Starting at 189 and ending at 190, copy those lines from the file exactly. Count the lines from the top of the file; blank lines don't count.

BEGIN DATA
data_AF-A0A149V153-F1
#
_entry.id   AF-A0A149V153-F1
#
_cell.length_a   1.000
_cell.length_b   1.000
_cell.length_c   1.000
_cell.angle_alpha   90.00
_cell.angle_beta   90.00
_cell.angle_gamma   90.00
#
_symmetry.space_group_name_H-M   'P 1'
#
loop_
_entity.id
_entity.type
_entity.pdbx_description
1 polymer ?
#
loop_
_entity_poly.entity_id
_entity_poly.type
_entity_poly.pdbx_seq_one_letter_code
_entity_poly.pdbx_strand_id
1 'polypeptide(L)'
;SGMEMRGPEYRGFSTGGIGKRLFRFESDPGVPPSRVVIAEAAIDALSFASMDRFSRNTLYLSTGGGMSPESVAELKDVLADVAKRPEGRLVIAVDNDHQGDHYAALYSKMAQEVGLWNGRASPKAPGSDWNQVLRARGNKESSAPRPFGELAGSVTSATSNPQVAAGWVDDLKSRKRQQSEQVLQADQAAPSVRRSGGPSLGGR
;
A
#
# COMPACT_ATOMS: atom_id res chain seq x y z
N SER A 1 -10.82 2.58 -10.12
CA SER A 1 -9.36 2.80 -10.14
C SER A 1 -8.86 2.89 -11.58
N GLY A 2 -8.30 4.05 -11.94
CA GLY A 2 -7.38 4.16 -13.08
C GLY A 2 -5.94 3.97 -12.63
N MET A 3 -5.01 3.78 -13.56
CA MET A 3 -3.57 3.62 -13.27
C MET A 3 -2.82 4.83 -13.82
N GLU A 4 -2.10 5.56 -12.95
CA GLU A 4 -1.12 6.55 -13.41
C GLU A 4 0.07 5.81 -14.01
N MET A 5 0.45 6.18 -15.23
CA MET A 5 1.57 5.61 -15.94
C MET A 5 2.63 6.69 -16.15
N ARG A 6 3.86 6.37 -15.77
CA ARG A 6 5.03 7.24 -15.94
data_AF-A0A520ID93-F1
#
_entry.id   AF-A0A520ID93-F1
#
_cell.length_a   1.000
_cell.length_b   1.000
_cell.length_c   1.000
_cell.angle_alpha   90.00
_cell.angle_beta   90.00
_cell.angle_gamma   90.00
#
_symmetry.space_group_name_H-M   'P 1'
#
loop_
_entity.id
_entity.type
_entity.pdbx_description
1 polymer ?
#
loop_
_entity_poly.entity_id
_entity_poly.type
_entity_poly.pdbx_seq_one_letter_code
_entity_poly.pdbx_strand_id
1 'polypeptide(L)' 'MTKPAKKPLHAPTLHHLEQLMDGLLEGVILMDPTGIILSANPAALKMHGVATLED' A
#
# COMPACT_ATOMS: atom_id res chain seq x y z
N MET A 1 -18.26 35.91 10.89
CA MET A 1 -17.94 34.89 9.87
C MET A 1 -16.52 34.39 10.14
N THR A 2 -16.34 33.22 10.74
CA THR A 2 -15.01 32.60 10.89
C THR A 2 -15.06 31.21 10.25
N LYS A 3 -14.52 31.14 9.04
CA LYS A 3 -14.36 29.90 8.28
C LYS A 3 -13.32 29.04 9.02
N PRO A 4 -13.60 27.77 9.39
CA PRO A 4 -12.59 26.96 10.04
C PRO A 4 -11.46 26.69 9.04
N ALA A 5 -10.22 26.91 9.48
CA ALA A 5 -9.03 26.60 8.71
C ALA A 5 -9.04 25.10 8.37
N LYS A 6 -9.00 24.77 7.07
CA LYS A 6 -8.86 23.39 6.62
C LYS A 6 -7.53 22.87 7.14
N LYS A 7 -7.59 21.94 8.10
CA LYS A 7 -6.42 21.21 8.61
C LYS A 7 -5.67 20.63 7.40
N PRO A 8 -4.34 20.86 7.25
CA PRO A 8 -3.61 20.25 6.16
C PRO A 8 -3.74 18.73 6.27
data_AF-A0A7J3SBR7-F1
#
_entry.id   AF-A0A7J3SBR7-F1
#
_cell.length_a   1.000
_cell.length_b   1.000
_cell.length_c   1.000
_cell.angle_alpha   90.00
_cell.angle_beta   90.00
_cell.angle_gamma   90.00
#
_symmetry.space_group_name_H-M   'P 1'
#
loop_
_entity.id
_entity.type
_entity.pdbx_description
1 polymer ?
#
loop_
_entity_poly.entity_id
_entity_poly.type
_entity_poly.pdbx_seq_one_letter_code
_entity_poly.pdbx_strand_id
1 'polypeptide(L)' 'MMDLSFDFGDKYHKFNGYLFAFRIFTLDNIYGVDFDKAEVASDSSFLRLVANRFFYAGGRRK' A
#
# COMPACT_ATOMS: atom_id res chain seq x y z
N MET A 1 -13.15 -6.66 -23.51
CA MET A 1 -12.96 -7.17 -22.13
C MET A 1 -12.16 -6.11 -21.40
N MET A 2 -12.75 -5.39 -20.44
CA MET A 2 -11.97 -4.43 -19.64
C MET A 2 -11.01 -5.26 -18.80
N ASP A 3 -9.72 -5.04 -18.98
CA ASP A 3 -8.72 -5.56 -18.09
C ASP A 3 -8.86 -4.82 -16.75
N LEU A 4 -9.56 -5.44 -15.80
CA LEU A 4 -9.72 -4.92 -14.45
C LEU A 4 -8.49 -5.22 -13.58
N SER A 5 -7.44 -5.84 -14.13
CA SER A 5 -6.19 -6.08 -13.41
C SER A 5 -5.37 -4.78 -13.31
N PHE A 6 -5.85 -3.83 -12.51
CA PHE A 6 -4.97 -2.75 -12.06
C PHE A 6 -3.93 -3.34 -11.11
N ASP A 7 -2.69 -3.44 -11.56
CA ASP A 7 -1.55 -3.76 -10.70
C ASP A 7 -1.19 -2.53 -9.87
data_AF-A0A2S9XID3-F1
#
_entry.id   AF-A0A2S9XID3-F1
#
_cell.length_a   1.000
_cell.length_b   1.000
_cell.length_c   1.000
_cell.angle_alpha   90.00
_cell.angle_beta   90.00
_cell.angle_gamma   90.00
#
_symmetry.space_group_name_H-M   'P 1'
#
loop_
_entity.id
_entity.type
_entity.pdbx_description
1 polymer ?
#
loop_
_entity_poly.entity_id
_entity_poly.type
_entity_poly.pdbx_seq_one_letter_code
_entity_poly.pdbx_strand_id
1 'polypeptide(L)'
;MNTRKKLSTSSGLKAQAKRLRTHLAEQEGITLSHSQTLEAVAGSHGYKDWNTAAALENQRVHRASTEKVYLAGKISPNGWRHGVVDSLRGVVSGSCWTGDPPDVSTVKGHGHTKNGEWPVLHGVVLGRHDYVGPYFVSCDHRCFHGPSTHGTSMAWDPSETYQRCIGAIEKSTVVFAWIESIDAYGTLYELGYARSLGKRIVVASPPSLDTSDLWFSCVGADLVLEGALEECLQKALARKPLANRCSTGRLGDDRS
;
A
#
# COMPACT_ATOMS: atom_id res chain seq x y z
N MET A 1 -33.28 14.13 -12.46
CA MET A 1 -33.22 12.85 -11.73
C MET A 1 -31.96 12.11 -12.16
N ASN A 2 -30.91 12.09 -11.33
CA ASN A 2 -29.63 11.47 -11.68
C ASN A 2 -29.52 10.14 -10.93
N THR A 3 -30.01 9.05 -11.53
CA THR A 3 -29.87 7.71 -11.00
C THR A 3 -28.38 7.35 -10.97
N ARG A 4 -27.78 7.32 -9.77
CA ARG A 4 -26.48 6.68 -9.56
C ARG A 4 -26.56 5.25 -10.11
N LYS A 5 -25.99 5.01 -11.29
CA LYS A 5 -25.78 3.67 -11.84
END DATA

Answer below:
N LYS A 5 -25.99 5.01 -11.29
CA LYS A 5 -25.78 3.67 -11.84